I was moved to write more about my personal experiences since receiving my cochlear implants. The first was in February 2014 and the second was two years later, in February 2016.
I am someone who has developed a very high level of 'hearing' skills over the past fifty (yes, fifty) years. I started going deaf as a baby although it was probably five years before it was even recognised. Recognition of hearing loss is so much more advanced now than it was in the 1950s. People constantly seem amazed at how well I 'appear' to hear, even saying such things as "I would never have guessed you are deaf". I don't see this as any form of compliment by the way, as it usually means that I am the one making most of the communication effort and that simply is exhausting for me. Another thing I have come to realise is that those of us who have to work hard to hear well, probably have developed a different level of awareness of things around us. I'm most definitely not talking about people who have hearing loss that they have yet to address.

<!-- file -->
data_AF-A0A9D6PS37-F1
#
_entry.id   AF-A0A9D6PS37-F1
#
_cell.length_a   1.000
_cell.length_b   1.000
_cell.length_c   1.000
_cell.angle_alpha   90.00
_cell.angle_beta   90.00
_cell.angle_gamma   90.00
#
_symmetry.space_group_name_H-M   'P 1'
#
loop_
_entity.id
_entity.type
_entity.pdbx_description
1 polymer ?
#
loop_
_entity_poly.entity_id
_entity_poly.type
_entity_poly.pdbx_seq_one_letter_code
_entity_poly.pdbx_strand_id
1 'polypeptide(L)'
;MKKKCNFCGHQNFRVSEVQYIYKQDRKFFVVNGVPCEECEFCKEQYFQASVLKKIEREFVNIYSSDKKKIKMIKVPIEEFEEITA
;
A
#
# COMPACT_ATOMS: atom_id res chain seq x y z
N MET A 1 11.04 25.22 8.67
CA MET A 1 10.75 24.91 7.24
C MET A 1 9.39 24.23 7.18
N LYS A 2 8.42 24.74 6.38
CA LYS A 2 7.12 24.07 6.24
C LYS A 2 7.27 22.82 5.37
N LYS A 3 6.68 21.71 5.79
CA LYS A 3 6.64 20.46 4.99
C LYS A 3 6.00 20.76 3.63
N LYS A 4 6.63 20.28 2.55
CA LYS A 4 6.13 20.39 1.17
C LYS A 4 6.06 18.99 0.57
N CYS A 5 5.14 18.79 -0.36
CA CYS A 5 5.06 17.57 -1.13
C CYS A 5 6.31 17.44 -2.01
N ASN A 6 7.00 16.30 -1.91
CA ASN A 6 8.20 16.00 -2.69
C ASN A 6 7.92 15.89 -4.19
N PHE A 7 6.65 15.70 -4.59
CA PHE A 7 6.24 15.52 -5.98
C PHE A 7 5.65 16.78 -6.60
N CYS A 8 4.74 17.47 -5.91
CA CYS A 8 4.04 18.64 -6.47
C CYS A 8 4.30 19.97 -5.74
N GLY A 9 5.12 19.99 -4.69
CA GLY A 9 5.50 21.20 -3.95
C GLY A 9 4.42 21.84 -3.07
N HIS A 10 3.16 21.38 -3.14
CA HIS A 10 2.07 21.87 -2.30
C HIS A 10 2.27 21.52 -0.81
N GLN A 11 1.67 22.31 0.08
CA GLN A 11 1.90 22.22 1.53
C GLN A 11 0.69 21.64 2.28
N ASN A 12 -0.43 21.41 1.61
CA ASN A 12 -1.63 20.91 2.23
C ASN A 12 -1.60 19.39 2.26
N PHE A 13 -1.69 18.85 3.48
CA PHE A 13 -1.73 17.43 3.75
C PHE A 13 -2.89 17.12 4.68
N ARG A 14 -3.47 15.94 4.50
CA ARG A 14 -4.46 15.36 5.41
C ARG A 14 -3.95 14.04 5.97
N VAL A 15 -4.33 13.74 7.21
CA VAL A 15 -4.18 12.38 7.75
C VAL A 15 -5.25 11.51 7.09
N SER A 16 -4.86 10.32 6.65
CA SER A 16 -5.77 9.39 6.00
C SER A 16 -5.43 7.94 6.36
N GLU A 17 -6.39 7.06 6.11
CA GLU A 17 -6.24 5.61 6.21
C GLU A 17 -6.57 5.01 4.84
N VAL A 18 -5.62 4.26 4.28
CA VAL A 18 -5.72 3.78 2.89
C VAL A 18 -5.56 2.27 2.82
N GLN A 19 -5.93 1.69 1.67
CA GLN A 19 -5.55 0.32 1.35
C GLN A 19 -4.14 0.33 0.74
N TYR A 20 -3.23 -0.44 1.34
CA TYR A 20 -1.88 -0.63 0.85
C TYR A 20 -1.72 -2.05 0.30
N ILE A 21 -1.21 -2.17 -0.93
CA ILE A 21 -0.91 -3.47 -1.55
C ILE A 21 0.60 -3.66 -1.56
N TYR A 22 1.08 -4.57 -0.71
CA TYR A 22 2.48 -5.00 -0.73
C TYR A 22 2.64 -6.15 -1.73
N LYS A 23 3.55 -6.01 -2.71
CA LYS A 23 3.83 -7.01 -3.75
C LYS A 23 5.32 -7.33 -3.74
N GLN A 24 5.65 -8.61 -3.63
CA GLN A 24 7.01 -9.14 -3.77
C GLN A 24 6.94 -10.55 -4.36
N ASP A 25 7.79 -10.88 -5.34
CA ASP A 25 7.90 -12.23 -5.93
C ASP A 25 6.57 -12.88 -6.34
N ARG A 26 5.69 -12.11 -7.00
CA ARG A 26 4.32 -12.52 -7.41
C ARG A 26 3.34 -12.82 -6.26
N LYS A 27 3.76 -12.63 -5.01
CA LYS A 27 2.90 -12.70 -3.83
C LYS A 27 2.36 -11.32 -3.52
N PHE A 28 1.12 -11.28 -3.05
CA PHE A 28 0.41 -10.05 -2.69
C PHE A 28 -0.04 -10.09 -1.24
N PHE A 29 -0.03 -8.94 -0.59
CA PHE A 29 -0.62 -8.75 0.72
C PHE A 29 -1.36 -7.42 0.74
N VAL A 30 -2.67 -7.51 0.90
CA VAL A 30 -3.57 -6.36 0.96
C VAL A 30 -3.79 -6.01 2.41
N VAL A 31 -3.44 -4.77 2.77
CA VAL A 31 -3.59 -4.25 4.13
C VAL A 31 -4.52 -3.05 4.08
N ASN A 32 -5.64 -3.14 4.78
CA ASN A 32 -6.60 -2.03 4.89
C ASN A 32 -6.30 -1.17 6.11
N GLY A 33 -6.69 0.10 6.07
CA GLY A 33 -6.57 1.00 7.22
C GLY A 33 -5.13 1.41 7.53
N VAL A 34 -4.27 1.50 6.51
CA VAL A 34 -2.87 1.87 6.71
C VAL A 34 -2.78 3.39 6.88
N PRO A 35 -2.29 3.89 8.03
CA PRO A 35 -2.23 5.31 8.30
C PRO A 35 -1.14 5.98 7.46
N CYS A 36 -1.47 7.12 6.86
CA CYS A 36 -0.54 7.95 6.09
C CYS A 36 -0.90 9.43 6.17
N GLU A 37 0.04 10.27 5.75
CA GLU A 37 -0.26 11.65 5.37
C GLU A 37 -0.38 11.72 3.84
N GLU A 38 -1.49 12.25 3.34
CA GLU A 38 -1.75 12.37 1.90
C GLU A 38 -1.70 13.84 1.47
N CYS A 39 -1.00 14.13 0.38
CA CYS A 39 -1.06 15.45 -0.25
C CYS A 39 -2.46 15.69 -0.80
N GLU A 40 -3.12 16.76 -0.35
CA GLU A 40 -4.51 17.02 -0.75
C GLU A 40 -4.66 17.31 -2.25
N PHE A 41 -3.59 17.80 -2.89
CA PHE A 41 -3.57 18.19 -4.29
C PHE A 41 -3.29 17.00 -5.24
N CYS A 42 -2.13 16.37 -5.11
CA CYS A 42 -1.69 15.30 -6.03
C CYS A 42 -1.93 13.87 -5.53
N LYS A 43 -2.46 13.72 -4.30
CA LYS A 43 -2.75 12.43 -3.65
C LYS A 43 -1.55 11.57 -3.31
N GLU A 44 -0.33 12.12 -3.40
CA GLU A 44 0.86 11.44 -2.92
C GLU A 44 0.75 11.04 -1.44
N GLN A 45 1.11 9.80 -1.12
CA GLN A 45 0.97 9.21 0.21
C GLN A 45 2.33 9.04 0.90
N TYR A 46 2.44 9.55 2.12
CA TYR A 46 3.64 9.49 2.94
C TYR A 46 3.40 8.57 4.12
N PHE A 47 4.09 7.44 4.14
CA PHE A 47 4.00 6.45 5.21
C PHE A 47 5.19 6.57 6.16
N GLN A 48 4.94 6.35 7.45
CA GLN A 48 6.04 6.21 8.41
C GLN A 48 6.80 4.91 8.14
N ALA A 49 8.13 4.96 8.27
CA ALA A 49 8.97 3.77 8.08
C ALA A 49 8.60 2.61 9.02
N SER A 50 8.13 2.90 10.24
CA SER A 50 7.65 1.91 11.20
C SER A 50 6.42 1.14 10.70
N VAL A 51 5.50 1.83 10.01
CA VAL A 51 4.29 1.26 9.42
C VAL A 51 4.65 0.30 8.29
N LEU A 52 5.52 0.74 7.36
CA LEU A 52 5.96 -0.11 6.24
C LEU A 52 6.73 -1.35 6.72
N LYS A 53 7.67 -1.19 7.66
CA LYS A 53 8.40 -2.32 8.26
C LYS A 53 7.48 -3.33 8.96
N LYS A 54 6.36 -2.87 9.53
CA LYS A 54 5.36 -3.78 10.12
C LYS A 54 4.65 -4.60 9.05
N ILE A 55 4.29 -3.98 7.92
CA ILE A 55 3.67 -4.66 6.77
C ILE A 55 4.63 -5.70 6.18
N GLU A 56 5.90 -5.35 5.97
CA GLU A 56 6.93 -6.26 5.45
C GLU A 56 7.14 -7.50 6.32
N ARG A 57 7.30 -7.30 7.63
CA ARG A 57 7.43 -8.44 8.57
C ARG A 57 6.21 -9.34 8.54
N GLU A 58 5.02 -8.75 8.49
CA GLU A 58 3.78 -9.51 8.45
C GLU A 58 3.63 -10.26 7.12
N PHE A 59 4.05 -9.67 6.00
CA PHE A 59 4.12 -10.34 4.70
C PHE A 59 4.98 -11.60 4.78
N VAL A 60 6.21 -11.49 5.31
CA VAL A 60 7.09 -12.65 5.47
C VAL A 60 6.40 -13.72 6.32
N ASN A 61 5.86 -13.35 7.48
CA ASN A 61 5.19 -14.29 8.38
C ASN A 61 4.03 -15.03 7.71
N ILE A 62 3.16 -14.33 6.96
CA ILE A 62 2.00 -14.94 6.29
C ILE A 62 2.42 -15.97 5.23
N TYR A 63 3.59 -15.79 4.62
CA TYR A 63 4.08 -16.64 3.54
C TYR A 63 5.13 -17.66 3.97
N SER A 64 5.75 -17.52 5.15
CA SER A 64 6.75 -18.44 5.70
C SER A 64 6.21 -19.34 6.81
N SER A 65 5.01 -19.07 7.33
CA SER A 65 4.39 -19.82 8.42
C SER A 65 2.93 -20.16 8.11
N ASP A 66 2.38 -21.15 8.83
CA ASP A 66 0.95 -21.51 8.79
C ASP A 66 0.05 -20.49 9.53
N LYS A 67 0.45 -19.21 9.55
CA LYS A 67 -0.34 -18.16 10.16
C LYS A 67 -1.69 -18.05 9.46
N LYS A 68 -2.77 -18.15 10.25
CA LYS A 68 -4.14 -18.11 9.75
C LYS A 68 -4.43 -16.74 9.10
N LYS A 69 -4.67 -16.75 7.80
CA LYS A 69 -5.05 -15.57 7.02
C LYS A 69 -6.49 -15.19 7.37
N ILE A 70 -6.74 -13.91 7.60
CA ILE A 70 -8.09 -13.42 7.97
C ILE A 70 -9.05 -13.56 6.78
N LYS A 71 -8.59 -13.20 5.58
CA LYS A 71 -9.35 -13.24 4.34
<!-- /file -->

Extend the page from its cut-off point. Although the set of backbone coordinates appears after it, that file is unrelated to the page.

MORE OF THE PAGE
Read more: A Day in the Life (most days, that is)
June 2018 PRNewswire
Cochlear Limited announces the upcoming release of the Nucleus® Smart App for Android™ in the United States and Canada, offering greater connectivity than ever before for people with hearing loss and a cochlear implant. Cochlear implant recipients with the Nucleus® 7 Sound Processor can now control their hearing with the Nucleus Smart App* from a compatible Android device, allowing them to monitor and adjust their settings, view personalised hearing information and even locate a missing sound processor, all from the convenience of their smartphone.
Read more: Cochlear brings leading hearing technology to Android smartphone users
May 2018 Science News
Researchers are working to synchronise cochlear implant signals to provide a more realistic hearing experience for deaf adults and children. Using both ears to hear increases speech recognition and improves sound localisation. In essence, it helps you to identify a friend's voice so you can follow her amusing anecdote over the din of a cocktail party. Ruth Litovsky, a researcher at the University of Wisconsin-Madison, wants to bring this advantage to people who use cochlear implants. "Twenty years ago, [the medical community] decided to give [deaf] people two implants, one in each ear, to see if it would improve their ability to hear better in noisy environments, so that children could integrate into classrooms and adults into the workplace more easily," Litovsky said. "I believe bilateral implantation has had a significant, positive impact on their quality of life, but they still struggle with noisy environments."
Read more: Synchronising cochlear signals stimulates brain to 'hear' in stereo